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6 April 2001 Electrochemically driven actuators from conducting polymers, hydrogels, and carbon nanotubes
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The mechanisms of actuation operating in polymeric actuators are reviewed along with a comparison of actuator performance. Polymer hydrogel actuators show very large dimensional changes, but relatively low response times. The mechanism of actuation involves several processes including electro-osmosis and electrochemical effects. Conducting polymer actuators operate by Faradaic reactions causing oxidation and reduction of the polymer backbone. Associated ion movements produce dimensional changes of typically up to 3%. The maximum stress achieved to date from conducting polymers is not more than 10 MPA. Carbon nanotubes have recently been demonstrated as new actuator materials. The nanotubes undergo useful dimensional changes (approximately 1%) but have the capacity to respond very rapidly (kHz) and generate giant stresses (600 MPa). The advantages of nanotube actuators stem from their exceptional mechanical properties and the non-Faradaic actuation mechanism.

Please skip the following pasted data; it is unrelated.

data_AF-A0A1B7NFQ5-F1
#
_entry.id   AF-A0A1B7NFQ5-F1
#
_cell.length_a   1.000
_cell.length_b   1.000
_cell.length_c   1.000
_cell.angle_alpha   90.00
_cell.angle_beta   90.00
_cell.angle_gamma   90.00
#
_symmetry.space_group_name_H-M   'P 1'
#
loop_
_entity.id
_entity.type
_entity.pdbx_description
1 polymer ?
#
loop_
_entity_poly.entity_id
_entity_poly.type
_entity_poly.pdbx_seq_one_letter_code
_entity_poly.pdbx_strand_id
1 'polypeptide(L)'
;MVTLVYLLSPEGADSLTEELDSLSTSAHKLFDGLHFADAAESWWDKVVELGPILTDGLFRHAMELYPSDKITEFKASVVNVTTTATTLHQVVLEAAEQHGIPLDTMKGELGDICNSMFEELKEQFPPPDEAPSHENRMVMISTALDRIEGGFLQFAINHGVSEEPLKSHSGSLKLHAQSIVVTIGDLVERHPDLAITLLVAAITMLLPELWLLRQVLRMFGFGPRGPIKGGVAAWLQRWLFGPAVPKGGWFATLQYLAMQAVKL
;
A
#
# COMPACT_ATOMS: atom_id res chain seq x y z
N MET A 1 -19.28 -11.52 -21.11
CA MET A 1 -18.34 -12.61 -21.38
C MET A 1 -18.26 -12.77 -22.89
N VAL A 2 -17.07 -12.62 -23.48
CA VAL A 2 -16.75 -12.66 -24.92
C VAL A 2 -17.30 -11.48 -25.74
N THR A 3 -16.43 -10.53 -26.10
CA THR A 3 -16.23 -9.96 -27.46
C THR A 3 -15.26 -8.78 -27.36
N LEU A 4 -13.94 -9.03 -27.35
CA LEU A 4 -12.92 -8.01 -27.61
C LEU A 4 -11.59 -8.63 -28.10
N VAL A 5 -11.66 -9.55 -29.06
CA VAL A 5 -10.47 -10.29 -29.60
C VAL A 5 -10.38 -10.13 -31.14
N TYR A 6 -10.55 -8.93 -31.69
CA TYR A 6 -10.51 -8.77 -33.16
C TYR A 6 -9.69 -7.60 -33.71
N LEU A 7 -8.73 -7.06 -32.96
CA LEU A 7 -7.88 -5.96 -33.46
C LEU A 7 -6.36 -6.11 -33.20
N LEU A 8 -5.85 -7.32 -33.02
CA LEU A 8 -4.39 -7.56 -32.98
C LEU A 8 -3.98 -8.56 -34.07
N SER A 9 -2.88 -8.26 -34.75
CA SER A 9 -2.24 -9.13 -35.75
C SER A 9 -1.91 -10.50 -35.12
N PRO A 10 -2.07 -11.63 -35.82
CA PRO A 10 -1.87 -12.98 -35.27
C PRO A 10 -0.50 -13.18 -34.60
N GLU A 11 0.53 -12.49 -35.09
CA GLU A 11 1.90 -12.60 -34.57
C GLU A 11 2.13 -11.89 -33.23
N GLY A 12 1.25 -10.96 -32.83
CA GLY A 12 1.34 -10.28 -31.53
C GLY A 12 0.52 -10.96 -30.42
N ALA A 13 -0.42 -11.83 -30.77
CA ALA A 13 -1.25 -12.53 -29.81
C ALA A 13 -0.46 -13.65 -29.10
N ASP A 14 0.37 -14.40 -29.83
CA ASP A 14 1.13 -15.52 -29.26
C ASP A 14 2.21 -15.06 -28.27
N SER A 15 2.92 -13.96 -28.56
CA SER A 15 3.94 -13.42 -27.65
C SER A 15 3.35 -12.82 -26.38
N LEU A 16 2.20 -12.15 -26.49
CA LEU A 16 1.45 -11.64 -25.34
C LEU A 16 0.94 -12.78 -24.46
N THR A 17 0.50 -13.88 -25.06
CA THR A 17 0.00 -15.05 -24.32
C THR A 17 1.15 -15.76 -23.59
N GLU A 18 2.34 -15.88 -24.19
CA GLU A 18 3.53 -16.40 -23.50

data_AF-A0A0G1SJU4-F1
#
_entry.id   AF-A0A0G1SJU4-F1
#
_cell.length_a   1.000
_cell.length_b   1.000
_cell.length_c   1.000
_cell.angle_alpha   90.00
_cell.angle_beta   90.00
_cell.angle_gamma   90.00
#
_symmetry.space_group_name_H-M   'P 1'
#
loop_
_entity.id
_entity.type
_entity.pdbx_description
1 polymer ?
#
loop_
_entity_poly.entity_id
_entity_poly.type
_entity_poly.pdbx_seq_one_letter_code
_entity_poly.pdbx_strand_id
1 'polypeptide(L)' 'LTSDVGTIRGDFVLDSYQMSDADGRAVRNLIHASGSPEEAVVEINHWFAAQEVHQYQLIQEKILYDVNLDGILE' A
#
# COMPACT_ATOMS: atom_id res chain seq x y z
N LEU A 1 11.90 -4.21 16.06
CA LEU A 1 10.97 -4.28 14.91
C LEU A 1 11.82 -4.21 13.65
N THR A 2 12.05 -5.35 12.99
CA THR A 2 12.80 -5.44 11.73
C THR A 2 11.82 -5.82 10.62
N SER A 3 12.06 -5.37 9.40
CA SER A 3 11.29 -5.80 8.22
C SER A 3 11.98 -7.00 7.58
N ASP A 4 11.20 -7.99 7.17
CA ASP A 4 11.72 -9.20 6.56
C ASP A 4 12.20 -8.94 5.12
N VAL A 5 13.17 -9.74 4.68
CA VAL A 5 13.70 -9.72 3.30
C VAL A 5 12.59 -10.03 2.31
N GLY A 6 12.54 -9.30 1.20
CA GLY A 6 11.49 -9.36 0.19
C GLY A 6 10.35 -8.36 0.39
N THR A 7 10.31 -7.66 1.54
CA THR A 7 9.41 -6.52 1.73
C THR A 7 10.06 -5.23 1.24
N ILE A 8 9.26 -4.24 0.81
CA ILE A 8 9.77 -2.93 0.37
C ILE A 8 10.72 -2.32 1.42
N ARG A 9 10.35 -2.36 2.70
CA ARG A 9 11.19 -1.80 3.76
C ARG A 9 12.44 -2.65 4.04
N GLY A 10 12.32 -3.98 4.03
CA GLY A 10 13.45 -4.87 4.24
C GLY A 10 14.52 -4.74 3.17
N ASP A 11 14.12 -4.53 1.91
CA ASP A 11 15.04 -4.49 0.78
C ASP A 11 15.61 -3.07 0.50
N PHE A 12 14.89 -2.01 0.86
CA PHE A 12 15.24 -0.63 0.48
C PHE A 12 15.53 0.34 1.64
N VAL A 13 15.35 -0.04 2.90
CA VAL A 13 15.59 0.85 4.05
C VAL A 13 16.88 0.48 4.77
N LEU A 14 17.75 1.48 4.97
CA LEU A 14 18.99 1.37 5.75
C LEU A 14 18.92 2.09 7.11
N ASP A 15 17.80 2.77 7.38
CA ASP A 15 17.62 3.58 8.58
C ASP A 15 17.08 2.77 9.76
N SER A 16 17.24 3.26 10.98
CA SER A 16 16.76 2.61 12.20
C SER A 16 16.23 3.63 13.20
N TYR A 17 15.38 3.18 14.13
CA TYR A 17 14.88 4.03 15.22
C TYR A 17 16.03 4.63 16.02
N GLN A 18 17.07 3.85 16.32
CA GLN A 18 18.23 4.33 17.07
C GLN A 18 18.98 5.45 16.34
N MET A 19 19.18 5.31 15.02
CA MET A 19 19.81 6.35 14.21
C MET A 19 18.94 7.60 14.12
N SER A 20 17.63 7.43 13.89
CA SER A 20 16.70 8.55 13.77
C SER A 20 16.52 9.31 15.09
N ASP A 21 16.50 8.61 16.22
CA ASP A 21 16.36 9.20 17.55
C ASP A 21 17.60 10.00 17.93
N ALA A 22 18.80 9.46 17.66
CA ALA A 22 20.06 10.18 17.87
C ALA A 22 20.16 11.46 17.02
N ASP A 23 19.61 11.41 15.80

© (2001) COPYRIGHT Society of Photo-Optical Instrumentation Engineers (SPIE). Downloading of the abstract is permitted for personal use only.
Geoffrey M. Spinks, Gordon G. Wallace, Trevor W. Lewis, Leonard S. Fifield, Liming Dai, and Ray H. Baughman "Electrochemically driven actuators from conducting polymers, hydrogels, and carbon nanotubes", Proc. SPIE 4234, Smart Materials, (6 April 2001);

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